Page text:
Creatures of Habit

Everyone falls into habits. You develop routines – stuff you do on autopilot every day, like loading the coffee-maker thing the night before and locking the front door, and perhaps going through the sections of the newspaper the next morning in the same order, each day, and then driving to work the same way every day, which always gets you there without excessive bother. The socks go in this drawer and the other stuff in the other drawer, and when you go to lunch with your friends you almost always order the same thing – it’s just easier, and you get what you want, and what you expect. Yeah, your friends sometimes make fun of you. Where’s your sense of adventure? But that’s okay. That’s who you are. And sooner or later your habits define who you are – not just in their eyes, but in your own. To say we are creatures of habit is to minimize matters – our personality is an aggregation of our habits. Some chic women just have an innate style about them – an identity that is all of a piece no matter whether they’re wearing sweats or the slinky cocktail dress. And some guys are just cool, no matter what the circumstance. But they don’t work at it. It’s a matter of the habits they’ve fallen into.

And some people are just ordinary. There’s an aggregation of habits that represents comfort with the conventional – you don’t go off and do odd things. You’re responsible. You don’t find such folks sky-diving. And they’re the folks you knew in high school who are still in the old hometown, now with the nice house in the suburbs near the old high school, and snug and happy. It’s like ordering the same thing at lunch each day – you get what you want, and what you expect. And of course they are conservatives, in the general sense, and most likely conservative in the political sense – because that involves respect for authority and received wisdom, without question, and doing things as they have been done in the past, or as they have been told they were done in the past. It’s a habit of mind. It may not be a hereditary trait – their parents may be been hippies or gangsters or circus clowns – but it’s probably congenital. Distaste of risk, trying something just to see what happens, and scorn for change, may be congenital. See Neural Correlates of Value, Risk, and Risk Aversion Contributing to Decision-Making under Risk – it may be built in, something you’re born with, like shyness. Political conservatism may not be a reasoned-out philosophy of government. Perhaps you’re just wired that way. That’s how you were born. It’s a personality-type. Take the test – find out which personality-type you are.

But you already know. It was 1981, after the first divorce, and deciding to leave teaching – if it was a decision – and chucking everything to move to LA and find something else to do. There was no job out here, just a place to crash. But somehow it was falling into aerospace and ending up a senior systems manager. What the hell – the ride was cool. Then after the second divorce it was moving to the heart of Hollywood. Why not? Then, as one should do something special on one’s fiftieth birthday, it was that first trip to Paris – alone, not really knowing the language, and knowing no one there at all, with no particular agenda of things to do or things to see. As the big Air France non-stop from LA slid into its long easy approach at dawn – Dover and then the Channel and then Calais and then the French countryside rising up to say hello, there was that twinge of something like fear – but it was more like suddenly realizing you had a very odd personality-type. What were you getting yourself into? None of your former teaching colleagues back in Rochester, New York, would do such a thing – nor would the folks you went to high school with who were snug and happy back in Pittsburgh.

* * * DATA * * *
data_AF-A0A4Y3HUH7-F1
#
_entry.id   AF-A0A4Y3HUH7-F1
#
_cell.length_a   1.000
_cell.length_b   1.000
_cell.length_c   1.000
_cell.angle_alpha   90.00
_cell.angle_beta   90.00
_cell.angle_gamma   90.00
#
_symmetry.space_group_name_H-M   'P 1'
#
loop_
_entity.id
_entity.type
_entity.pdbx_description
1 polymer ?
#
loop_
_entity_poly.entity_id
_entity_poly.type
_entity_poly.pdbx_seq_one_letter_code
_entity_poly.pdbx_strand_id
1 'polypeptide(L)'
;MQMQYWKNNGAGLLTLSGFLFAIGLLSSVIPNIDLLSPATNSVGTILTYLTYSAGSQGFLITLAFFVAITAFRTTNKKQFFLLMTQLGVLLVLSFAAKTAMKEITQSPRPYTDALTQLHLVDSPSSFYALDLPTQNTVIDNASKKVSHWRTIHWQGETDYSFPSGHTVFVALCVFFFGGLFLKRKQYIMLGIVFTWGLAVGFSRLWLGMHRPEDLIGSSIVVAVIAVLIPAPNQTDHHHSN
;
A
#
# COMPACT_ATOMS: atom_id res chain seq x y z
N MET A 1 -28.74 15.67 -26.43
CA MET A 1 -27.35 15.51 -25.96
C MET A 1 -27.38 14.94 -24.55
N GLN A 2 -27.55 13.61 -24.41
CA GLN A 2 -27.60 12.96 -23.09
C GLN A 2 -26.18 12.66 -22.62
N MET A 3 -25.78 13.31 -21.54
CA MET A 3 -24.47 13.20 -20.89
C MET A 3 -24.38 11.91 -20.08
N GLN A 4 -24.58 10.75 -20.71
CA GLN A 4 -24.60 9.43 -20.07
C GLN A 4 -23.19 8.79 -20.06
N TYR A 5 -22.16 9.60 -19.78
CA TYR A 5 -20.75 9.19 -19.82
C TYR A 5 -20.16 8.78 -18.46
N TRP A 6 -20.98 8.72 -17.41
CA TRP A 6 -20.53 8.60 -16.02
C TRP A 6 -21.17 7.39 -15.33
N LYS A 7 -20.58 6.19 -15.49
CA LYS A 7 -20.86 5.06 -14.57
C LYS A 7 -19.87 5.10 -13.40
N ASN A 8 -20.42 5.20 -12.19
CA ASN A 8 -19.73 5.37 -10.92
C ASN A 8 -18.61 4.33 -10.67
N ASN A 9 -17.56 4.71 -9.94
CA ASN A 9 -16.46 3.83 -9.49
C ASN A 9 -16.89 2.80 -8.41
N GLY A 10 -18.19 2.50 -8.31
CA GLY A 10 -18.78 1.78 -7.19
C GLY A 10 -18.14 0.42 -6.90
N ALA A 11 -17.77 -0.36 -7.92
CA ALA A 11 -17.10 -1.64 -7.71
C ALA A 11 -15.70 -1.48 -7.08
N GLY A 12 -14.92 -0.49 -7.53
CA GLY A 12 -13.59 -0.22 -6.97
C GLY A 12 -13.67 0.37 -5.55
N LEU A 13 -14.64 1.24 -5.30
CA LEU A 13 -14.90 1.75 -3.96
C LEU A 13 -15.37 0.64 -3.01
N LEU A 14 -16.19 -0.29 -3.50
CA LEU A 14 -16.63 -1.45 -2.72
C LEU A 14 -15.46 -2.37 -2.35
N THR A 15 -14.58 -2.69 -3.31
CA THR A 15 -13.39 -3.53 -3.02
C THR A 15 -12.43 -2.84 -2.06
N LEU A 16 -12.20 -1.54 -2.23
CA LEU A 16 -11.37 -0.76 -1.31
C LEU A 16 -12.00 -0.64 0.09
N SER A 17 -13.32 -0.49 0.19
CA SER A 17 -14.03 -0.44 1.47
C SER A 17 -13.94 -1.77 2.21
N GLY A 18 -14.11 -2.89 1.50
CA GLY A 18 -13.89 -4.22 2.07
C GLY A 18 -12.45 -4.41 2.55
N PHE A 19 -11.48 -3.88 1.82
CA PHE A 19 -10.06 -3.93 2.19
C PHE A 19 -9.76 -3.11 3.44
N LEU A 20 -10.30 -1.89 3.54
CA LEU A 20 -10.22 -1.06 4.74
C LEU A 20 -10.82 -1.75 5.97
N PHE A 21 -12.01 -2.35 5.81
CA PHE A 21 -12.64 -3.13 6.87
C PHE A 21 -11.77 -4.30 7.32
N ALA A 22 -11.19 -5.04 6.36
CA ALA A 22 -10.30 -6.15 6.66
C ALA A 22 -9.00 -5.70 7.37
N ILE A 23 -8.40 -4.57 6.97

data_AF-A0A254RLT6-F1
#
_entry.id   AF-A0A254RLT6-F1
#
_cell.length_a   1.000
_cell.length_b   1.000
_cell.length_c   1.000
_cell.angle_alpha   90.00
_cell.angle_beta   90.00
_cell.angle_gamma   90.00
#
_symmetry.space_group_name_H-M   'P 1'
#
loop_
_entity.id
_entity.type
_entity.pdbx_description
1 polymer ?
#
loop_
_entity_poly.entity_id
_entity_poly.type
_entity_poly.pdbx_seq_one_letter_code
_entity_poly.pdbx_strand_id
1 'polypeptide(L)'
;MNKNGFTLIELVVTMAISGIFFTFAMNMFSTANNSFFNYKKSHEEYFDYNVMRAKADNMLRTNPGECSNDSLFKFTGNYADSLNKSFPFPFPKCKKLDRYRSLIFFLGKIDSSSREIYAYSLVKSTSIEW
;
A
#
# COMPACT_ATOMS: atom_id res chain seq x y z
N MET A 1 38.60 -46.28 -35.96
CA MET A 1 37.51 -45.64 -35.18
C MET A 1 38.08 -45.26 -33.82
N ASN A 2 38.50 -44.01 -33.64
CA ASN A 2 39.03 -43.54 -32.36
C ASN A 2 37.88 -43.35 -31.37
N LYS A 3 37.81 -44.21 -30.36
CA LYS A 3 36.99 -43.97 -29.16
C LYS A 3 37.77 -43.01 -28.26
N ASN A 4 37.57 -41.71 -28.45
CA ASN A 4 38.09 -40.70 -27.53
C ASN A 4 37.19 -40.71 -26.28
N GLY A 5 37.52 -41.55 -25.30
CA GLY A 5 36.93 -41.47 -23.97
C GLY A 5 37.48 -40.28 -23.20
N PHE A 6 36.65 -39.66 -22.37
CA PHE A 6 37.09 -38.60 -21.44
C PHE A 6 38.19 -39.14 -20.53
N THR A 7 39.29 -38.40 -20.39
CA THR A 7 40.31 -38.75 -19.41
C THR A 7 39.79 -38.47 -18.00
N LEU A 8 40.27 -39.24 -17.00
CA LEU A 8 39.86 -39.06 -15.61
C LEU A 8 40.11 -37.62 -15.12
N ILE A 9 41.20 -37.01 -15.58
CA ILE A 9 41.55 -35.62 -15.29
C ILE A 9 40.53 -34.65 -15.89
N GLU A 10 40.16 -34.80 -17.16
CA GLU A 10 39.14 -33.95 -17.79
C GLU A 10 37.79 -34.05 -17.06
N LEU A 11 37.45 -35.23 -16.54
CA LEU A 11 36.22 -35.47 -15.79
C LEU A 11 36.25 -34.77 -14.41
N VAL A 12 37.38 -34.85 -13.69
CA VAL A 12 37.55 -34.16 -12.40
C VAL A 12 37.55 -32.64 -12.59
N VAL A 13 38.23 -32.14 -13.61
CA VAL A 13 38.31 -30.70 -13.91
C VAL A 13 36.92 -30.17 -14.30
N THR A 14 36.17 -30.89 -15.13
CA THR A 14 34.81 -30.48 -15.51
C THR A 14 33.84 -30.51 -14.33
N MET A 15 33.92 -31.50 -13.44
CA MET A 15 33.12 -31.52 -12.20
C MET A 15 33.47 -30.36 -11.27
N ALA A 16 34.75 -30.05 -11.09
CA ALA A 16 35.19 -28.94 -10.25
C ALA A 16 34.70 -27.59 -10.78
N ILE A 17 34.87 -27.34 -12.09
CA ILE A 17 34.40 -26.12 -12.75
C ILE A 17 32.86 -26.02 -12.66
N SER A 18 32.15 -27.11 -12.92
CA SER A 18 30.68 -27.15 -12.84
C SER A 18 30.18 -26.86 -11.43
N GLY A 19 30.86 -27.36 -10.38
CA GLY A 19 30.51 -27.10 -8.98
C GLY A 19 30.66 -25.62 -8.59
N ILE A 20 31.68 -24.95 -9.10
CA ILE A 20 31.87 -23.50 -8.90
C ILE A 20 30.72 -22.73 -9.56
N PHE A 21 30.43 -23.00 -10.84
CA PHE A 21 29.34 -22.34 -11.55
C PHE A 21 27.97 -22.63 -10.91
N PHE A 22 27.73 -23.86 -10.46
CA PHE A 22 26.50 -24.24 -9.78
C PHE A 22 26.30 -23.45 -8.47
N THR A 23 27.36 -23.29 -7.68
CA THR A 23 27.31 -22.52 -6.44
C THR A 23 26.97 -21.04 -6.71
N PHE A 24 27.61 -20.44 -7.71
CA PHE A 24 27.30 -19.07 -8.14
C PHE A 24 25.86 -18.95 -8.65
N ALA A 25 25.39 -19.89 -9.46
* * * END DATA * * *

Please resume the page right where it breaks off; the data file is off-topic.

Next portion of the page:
But what the hell – you’d figure things out. You had decided Paris was a good place back when you were ten years old, and had long thought that one day you’d drop by and hang out for a few weeks to get a feel for the place. And sometimes you just do things – to get a feel for them. Why not?

And it turned out fine. Paris felt like home – more like home than any place ever has. And all the subsequent trips – always alone, for at least a few weeks – just confirmed that. And how else would you find that out? Had you been born congenitally risk-averse and scornful of change you’d still be dragging those tenth-grade kids through Great Expectations and driving home through the snow to spend the evening grading those unintentionally incomprehensible essays on Pip and Estella. And that was death. You need to take risks to live. Of course that might explain the two divorces. Some risks don’t work out.

But, for some, that falling into habit, and avoiding risk, is life – and sometimes that seems like all the people around you. They’re the conservatives, generally and politically. And you’re not. And there is no point in arguing with them, because you’re never really arguing political philosophy and the policies that naturally follow from a given set of political principles – you’re saying which way of doing things falls within your comfort zone, as they say. We are creatures of habit, and some things are not habitual to us. That’s just how we’re wired. And it seems that right now more people are wired for risk-aversion.

Steve Benen wonders about that:

On Election Day 2008, Barack Obama had the highest vote percentage of any Democratic presidential candidate in 40 years. He had the highest non-incumbent vote percentage of any candidate, from either party, in 56 years. The same day, voters elected the largest Democratic House majority in two decades – and the largest Democratic Senate majority in three decades.

It sure looked like there were more people who would say what the hell and chuck it all and move to LA – or just fly off to Paris alone to check it out – than there were folks who would buy a nice house by the old high school and settle down and never leave the county. But that might have been deceptive – after the Katrina fiasco and then, just a few months before the election, with the total collapse of the economy, the Republicans had clearly screwed the pooch. And it didn’t help that their candidate, McCain, came off as the angry old man yelling at the cloud and kept saying the fundamentals of the economy were sound, and he gave us Sarah Palin, who many saw as a bad joke – and that George Bush hid. You might not want to draw conclusions about the nation’s new fondness for risk and change. That may have been a “damage control” election.